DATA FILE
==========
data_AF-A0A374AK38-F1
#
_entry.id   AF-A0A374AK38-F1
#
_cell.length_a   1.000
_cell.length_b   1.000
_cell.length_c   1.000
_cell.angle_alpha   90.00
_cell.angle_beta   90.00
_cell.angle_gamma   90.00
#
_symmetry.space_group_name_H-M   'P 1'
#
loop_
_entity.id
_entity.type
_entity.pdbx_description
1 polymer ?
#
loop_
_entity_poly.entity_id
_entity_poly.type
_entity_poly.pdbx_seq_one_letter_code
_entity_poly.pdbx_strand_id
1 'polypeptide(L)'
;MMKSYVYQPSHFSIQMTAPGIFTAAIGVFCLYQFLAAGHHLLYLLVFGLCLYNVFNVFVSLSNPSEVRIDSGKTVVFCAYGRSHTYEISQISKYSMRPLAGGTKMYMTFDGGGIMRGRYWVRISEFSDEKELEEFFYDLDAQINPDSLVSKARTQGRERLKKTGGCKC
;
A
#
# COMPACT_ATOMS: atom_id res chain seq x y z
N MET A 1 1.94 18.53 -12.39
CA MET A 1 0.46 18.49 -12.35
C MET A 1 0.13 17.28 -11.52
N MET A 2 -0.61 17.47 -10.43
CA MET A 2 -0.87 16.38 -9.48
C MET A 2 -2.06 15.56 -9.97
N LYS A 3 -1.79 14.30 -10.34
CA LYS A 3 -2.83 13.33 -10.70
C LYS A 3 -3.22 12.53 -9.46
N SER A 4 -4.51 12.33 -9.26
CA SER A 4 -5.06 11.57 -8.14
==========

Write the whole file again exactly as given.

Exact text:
data_AF-A0A374AK38-F1
#
_entry.id   AF-A0A374AK38-F1
#
_cell.length_a   1.000
_cell.length_b   1.000
_cell.length_c   1.000
_cell.angle_alpha   90.00
_cell.angle_beta   90.00
_cell.angle_gamma   90.00
#
_symmetry.space_group_name_H-M   'P 1'
#
loop_
_entity.id
_entity.type
_entity.pdbx_description
1 polymer ?
#
loop_
_entity_poly.entity_id
_entity_poly.type
_entity_poly.pdbx_seq_one_letter_code
_entity_poly.pdbx_strand_id
1 'polypeptide(L)'
;MMKSYVYQPSHFSIQMTAPGIFTAAIGVFCLYQFLAAGHHLLYLLVFGLCLYNVFNVFVSLSNPSEVRIDSGKTVVFCAYGRSHTYEISQISKYSMRPLAGGTKMYMTFDGGGIMRGRYWVRISEFSDEKELEEFFYDLDAQINPDSLVSKARTQGRERLKKTGGCKC
;
A
#
# COMPACT_ATOMS: atom_id res chain seq x y z
N MET A 1 1.94 18.53 -12.39
CA MET A 1 0.46 18.49 -12.35
C MET A 1 0.13 17.28 -11.52
N MET A 2 -0.61 17.47 -10.43
CA MET A 2 -0.87 16.38 -9.48
C MET A 2 -2.06 15.56 -9.97
N LYS A 3 -1.79 14.30 -10.34
CA LYS A 3 -2.83 13.33 -10.70
C LYS A 3 -3.22 12.53 -9.46
N SER A 4 -4.51 12.33 -9.26
CA SER A 4 -5.06 11.57 -8.14